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Military Robot Dog: The Future of (Creepy) Base Security Is Here
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Military Robot Dog: The Future of (Creepy) Base Security Is Here

The use of autonomous robots in the military, such as the “military robot dog,” is becoming more and more prevalent as technology rapidly advances. The military plans to surveil installations through autonomous robots to ensure base security. The Portland Air National Guard 142nd Security Forces Squadron recently implemented what’s known as a “Quad-legged Unmanned Ground Vehicle” (Q-UGV) to its base.

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What Exactly Is a Military Robot Dog?

Although military robot dogs, such as Spot, created by Boston Dynamics, have been a part of the armory for some time now, the military is increasingly adding new robot dogs to bases.

New designs by Ghost Robotics and Immersive Wisdom have robot dogs equipped with multiple cameras, sensors, and the ability to travel through rough terrain. Essential features of the Q-UGV include its weight, which is approximately 45.4 kg. Furthermore, the Q-UGV has a top speed of 3 m/s, can travel a distance of 12.6 km, has a max power runtime of 3 hours, and can be quickly assembled and disassembled.

What makes the Q-UGV so unique is that it can transmit information to the Security Forces Squadron. So, all of the data being picked up by the military robot dog can be collected from far away, making it a great surveillance tool.

Ghost Robotics has also unveiled its quadrupedal robot that is fully equipped with a custom gun. While they are not yet used on military bases, the discussion revolving around them is gaining more interest, especially as the topic of fully automated robots taking over ponderous jobs increases.

The goal of adding them to various installations is to conduct military base gate security in order to keep members safe. Operators remotely control these autonomous ground vehicles on base, but future plans detail fully autonomous pre-programmed robot dogs that don’t need an operator.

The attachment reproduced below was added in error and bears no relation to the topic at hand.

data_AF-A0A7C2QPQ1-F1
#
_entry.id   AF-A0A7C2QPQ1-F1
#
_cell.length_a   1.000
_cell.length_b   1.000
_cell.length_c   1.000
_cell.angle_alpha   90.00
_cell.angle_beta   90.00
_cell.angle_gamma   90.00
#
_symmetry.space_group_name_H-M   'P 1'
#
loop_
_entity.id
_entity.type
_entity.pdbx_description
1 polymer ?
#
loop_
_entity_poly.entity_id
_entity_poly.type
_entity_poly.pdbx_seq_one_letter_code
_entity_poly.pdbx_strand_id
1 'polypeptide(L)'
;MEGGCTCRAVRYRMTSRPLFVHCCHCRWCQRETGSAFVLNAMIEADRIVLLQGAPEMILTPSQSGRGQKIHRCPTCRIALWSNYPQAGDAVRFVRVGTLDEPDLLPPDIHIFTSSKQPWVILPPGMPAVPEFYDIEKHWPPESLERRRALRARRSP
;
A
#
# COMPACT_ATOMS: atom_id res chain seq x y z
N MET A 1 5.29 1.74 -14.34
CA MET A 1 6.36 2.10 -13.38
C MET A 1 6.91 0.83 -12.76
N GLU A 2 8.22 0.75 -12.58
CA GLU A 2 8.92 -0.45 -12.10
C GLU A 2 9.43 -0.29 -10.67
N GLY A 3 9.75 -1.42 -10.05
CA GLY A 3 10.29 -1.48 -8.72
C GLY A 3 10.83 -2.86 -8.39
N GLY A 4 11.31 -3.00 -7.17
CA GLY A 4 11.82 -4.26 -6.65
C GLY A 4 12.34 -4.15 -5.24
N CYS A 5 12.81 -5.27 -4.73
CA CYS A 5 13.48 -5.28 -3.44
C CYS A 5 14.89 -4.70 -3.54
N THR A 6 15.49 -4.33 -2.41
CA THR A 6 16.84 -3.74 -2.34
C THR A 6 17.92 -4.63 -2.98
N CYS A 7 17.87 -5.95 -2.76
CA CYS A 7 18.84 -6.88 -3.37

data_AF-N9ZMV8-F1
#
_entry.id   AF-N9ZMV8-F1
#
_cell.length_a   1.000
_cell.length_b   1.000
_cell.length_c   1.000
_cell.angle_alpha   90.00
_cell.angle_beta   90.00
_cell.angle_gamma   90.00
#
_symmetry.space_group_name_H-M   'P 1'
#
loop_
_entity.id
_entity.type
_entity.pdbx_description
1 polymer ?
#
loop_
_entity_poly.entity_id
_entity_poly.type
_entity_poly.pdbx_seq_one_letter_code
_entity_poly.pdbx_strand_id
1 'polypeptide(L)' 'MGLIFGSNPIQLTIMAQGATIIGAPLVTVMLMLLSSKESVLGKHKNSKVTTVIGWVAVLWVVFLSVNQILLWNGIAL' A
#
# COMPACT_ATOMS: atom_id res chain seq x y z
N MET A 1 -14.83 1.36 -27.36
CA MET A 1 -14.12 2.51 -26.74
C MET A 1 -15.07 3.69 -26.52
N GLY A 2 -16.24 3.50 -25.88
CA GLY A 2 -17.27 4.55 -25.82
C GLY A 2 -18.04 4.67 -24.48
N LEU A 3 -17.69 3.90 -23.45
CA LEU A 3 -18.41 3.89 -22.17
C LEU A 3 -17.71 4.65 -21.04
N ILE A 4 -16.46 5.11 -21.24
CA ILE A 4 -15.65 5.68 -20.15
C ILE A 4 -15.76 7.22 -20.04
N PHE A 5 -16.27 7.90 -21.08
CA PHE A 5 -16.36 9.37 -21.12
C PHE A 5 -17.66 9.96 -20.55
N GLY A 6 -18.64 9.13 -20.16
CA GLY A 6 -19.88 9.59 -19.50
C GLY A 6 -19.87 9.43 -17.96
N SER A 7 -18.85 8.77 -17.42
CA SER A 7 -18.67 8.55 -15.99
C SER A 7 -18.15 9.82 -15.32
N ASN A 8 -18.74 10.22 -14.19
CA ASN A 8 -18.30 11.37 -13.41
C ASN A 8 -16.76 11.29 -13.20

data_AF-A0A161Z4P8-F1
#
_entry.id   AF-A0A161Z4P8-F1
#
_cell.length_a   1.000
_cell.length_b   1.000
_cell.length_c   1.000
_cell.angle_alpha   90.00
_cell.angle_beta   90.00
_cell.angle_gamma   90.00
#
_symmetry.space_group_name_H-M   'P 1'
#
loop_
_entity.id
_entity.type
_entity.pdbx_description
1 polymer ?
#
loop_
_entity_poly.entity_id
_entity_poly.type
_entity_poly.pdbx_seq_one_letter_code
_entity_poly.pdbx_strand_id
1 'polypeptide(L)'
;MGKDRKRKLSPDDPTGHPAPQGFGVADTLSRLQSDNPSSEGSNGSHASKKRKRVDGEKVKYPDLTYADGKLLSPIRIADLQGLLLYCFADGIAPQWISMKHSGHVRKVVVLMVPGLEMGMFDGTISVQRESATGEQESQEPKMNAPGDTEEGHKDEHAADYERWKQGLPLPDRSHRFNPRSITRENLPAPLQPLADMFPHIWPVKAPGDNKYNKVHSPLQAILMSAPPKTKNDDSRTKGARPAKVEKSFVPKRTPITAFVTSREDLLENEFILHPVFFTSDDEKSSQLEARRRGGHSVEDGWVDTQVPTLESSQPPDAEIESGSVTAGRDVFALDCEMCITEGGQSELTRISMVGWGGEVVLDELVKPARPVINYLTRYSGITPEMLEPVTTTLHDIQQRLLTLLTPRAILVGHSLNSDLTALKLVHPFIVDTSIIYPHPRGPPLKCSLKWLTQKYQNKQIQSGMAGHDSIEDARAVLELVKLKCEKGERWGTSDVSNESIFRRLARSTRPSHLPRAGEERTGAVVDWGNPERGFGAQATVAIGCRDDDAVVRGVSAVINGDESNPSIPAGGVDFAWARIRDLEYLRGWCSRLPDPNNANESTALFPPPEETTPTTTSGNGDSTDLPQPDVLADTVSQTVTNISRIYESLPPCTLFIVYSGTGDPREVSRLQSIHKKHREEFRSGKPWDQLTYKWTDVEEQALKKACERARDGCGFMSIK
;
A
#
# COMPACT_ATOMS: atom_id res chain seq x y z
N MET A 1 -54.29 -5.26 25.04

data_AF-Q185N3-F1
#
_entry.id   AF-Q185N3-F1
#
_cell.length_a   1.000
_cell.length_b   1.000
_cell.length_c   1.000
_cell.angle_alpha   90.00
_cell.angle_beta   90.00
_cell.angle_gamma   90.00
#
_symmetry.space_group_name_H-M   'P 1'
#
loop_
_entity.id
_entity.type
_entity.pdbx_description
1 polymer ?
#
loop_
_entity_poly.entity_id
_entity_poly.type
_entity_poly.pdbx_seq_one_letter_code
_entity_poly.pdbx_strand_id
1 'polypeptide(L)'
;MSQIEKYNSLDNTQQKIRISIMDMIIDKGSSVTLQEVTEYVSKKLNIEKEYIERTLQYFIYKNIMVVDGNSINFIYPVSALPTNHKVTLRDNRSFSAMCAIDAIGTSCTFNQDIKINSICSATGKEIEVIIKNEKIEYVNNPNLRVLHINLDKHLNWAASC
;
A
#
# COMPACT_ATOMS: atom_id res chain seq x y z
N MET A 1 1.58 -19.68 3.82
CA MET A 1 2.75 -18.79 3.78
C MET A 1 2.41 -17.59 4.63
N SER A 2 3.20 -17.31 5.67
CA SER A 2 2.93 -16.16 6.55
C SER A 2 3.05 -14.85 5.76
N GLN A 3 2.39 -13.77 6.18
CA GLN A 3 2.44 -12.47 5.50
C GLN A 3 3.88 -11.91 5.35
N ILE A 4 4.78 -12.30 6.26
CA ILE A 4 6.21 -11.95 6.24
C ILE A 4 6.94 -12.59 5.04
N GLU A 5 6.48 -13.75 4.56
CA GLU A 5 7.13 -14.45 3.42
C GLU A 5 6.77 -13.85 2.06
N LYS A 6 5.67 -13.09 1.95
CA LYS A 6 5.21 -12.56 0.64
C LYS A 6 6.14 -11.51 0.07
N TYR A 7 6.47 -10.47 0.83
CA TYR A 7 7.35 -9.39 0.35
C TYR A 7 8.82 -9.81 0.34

Robot Dogs, Military Bases, and Security

A military robot dog can benefit personnel by keeping them out of harm’s way. Through the use of the Q-UGV, military personnel will be able to operate them from afar. Additionally, robot dogs will provide capabilities to the military that have never been used before.

According to Tech. Sgt. Jamie Cuniff, “If we do encounter an individual, we can engage with them verbally, remotely, from another place on base, while we’re responding at the same time. It’s a simultaneous response capability that we’ve never seen before.”

The Q-UGV is perfect for military base security and provides a new and improved way to surveil incoming threats. Not only does Ghost Robotics plan to help protect military bases, but they also plan to utilize robot dogs to surveil the border.

How Much Money Is a Robot Dog?

Given their advanced capabilities, it is no surprise that the military robot dog costs a hefty amount. Spot, for example, costs approximately $74,500.

The Q-UGV can cost up to $150,000, making it significantly more expensive than Spot. Ghost Robotics dogs come equipped with specialized sensors and other add-ons that increase the price. Ideally, if Ghost Robotics wants to implement the Q-UGV among multiple bases, they’ll need to bring the costs down to that of Boston Dynamics.

How Automation Is Changing the Military

Automation is positively changing the military by keeping personnel out of harm’s way. The robot dog-military combo is just one of many examples that proves this fact. Just through the use of the Q-UGV, personnel can conduct surveillance without directly being around the danger.

The future for autonomous robots is near, and their utilization has thus far been positive. It’s allowed for special protection and provides capabilities to the military that have never been seen before. The military robot dog is just the beginning of automation in the military, and if all things go well, military personnel can expect to see them on active bases soon.

Suggested read: Fort Gordon Cyber Awareness Introduces You to AIS Threats and Security

Image: Mike Dot – stock.adobe.com

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